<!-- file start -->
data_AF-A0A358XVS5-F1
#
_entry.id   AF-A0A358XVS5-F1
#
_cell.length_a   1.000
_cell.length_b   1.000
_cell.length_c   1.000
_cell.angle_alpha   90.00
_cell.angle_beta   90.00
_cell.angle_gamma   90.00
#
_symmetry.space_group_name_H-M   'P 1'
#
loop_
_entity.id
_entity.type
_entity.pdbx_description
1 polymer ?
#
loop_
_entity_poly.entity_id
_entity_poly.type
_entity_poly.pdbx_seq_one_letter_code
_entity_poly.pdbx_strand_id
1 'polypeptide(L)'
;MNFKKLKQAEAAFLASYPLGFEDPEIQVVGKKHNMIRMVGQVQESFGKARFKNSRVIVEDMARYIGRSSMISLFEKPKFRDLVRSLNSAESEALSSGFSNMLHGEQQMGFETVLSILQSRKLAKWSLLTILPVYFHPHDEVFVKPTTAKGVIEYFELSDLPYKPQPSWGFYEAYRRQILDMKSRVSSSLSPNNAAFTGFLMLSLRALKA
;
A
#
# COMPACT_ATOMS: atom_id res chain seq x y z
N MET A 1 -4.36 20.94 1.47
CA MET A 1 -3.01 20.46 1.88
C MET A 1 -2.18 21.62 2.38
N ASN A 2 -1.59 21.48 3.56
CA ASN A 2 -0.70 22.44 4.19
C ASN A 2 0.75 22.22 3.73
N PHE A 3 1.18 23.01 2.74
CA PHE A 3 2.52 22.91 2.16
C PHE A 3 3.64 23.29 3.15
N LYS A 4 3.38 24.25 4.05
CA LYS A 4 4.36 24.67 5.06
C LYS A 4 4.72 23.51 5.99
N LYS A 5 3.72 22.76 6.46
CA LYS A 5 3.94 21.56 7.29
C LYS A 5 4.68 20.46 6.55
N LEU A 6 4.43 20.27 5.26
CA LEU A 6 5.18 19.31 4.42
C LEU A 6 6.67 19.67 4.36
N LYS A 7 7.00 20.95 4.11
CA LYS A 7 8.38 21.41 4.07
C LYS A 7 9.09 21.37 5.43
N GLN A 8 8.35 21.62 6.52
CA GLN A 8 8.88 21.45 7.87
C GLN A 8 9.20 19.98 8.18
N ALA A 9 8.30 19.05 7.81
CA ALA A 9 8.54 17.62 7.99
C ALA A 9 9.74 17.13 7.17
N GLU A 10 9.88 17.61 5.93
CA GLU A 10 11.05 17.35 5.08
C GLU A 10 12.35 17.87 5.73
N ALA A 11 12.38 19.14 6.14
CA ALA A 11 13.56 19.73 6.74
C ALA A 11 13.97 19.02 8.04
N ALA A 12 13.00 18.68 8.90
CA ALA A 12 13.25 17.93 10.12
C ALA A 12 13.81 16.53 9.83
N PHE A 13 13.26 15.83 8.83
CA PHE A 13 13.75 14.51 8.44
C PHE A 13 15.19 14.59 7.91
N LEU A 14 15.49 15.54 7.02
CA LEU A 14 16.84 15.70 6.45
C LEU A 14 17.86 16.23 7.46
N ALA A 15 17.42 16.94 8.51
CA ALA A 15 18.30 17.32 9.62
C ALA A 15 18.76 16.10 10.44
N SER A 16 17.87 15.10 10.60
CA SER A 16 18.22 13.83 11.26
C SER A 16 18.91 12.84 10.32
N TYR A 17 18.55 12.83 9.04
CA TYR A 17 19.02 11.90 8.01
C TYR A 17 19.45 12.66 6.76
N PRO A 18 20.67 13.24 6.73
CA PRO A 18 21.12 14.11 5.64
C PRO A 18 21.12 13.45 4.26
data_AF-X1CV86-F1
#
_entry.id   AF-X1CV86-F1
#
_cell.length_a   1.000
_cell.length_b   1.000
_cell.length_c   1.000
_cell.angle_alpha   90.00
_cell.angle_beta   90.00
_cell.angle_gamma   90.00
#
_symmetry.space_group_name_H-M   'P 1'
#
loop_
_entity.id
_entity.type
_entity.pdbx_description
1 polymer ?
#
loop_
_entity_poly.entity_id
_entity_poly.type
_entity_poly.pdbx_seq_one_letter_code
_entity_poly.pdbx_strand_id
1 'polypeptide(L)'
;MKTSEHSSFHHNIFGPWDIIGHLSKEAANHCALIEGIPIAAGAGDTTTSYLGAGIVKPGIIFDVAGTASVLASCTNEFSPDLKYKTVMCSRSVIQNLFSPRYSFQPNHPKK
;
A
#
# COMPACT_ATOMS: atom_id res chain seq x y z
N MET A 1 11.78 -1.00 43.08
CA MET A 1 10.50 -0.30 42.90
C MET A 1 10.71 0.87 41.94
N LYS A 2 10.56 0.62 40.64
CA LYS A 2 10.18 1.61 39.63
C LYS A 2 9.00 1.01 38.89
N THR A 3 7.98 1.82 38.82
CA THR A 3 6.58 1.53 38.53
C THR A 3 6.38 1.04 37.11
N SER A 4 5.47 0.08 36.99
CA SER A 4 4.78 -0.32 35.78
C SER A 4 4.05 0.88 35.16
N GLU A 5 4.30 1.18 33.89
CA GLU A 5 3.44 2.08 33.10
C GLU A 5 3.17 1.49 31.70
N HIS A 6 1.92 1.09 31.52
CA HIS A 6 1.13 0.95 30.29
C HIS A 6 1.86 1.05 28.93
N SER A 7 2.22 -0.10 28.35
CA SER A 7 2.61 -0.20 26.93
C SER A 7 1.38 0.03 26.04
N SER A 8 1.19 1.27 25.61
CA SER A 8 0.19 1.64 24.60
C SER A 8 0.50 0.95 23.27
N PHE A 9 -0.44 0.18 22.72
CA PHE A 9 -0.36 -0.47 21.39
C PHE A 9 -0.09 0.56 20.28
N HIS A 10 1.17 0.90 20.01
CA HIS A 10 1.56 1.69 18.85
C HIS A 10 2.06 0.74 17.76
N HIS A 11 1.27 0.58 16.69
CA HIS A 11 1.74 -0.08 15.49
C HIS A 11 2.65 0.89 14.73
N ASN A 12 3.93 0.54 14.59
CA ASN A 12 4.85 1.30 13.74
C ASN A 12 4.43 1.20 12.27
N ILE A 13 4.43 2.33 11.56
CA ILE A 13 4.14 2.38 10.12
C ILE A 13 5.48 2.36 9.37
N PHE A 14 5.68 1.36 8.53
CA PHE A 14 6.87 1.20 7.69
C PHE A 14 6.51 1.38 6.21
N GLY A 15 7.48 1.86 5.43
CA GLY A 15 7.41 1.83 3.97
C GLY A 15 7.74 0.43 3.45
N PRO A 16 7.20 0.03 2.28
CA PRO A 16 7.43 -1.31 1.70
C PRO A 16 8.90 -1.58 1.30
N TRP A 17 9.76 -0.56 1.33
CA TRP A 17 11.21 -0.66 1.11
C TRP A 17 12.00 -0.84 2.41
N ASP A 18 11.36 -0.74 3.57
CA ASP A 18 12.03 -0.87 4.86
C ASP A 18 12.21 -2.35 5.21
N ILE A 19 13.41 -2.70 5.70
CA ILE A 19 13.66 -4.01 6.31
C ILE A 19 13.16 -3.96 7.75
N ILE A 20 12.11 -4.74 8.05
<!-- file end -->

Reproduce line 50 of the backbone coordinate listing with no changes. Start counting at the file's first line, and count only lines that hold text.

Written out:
CA LYS A 7 8.38 21.41 4.07